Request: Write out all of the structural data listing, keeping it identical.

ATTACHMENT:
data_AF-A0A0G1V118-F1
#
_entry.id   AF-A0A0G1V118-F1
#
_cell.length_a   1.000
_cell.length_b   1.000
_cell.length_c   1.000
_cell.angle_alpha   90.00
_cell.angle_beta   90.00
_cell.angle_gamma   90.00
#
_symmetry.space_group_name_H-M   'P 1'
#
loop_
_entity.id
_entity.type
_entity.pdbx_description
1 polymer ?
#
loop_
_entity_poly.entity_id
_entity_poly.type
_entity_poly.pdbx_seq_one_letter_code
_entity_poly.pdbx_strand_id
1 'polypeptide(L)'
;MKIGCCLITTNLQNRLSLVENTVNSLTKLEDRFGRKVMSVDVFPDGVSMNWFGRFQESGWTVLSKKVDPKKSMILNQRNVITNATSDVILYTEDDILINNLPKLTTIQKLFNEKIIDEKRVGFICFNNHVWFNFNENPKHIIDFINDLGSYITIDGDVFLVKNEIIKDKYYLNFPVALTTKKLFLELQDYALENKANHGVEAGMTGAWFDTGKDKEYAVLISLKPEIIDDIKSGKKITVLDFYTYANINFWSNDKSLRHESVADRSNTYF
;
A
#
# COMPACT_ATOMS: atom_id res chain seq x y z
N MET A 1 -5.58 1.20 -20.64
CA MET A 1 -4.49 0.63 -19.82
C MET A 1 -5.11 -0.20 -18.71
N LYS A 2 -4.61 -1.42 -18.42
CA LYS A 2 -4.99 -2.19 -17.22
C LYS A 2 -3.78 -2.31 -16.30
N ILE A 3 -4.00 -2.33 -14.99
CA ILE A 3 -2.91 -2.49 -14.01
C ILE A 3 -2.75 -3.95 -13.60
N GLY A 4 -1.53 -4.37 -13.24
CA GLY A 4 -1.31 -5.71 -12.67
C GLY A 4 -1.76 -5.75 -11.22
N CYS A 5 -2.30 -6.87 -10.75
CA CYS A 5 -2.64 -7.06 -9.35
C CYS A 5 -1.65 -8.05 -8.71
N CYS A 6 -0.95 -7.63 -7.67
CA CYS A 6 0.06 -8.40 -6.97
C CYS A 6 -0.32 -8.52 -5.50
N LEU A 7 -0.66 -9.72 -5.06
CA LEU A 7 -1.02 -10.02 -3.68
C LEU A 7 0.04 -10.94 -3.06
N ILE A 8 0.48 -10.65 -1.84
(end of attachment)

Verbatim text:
data_AF-A0A0G1V118-F1
#
_entry.id   AF-A0A0G1V118-F1
#
_cell.length_a   1.000
_cell.length_b   1.000
_cell.length_c   1.000
_cell.angle_alpha   90.00
_cell.angle_beta   90.00
_cell.angle_gamma   90.00
#
_symmetry.space_group_name_H-M   'P 1'
#
loop_
_entity.id
_entity.type
_entity.pdbx_description
1 polymer ?
#
loop_
_entity_poly.entity_id
_entity_poly.type
_entity_poly.pdbx_seq_one_letter_code
_entity_poly.pdbx_strand_id
1 'polypeptide(L)'
;MKIGCCLITTNLQNRLSLVENTVNSLTKLEDRFGRKVMSVDVFPDGVSMNWFGRFQESGWTVLSKKVDPKKSMILNQRNVITNATSDVILYTEDDILINNLPKLTTIQKLFNEKIIDEKRVGFICFNNHVWFNFNENPKHIIDFINDLGSYITIDGDVFLVKNEIIKDKYYLNFPVALTTKKLFLELQDYALENKANHGVEAGMTGAWFDTGKDKEYAVLISLKPEIIDDIKSGKKITVLDFYTYANINFWSNDKSLRHESVADRSNTYF
;
A
#
# COMPACT_ATOMS: atom_id res chain seq x y z
N MET A 1 -5.58 1.20 -20.64
CA MET A 1 -4.49 0.63 -19.82
C MET A 1 -5.11 -0.20 -18.71
N LYS A 2 -4.61 -1.42 -18.42
CA LYS A 2 -4.99 -2.19 -17.22
C LYS A 2 -3.78 -2.31 -16.30
N ILE A 3 -4.00 -2.33 -14.99
CA ILE A 3 -2.91 -2.49 -14.01
C ILE A 3 -2.75 -3.95 -13.60
N GLY A 4 -1.53 -4.37 -13.24
CA GLY A 4 -1.31 -5.71 -12.67
C GLY A 4 -1.76 -5.75 -11.22
N CYS A 5 -2.30 -6.87 -10.75
CA CYS A 5 -2.64 -7.06 -9.35
C CYS A 5 -1.65 -8.05 -8.71
N CYS A 6 -0.95 -7.63 -7.67
CA CYS A 6 0.06 -8.40 -6.97
C CYS A 6 -0.32 -8.52 -5.50
N LEU A 7 -0.66 -9.72 -5.06
CA LEU A 7 -1.02 -10.02 -3.68
C LEU A 7 0.04 -10.94 -3.06
N ILE A 8 0.48 -10.65 -1.84